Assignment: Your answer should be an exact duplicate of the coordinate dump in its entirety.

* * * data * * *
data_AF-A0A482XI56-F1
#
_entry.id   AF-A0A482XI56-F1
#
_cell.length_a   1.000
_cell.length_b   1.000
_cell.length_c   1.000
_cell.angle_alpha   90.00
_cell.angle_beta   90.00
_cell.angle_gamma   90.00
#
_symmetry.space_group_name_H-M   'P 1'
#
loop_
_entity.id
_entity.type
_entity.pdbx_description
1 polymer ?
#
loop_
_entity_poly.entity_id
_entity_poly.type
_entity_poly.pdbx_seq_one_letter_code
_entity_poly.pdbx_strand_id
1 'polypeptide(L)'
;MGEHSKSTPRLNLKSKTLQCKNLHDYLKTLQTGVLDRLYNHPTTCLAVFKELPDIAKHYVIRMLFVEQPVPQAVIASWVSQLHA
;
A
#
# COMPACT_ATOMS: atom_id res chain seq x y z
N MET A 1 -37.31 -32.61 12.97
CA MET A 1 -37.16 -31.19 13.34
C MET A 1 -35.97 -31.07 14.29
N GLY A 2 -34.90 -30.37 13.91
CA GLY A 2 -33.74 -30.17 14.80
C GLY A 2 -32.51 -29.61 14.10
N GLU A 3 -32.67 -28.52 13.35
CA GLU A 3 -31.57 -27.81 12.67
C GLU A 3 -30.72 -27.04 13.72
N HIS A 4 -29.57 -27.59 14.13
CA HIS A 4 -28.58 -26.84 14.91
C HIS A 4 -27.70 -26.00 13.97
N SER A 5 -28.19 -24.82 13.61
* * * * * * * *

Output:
data_AF-A0A482XI56-F1
#
_entry.id   AF-A0A482XI56-F1
#
_cell.length_a   1.000
_cell.length_b   1.000
_cell.length_c   1.000
_cell.angle_alpha   90.00
_cell.angle_beta   90.00
_cell.angle_gamma   90.00
#
_symmetry.space_group_name_H-M   'P 1'
#
loop_
_entity.id
_entity.type
_entity.pdbx_description
1 polymer ?
#
loop_
_entity_poly.entity_id
_entity_poly.type
_entity_poly.pdbx_seq_one_letter_code
_entity_poly.pdbx_strand_id
1 'polypeptide(L)'
;MGEHSKSTPRLNLKSKTLQCKNLHDYLKTLQTGVLDRLYNHPTTCLAVFKELPDIAKHYVIRMLFVEQPVPQAVIASWVSQLHA
;
A
#
# COMPACT_ATOMS: atom_id res chain seq x y z
N MET A 1 -37.31 -32.61 12.97
CA MET A 1 -37.16 -31.19 13.34
C MET A 1 -35.97 -31.07 14.29
N GLY A 2 -34.90 -30.37 13.91
CA GLY A 2 -33.74 -30.17 14.80
C GLY A 2 -32.51 -29.61 14.10
N GLU A 3 -32.67 -28.52 13.35
CA GLU A 3 -31.57 -27.81 12.67
C GLU A 3 -30.72 -27.04 13.72
N HIS A 4 -29.57 -27.59 14.13
CA HIS A 4 -28.58 -26.84 14.91
C HIS A 4 -27.70 -26.00 13.97
N SER A 5 -28.19 -24.82 13.61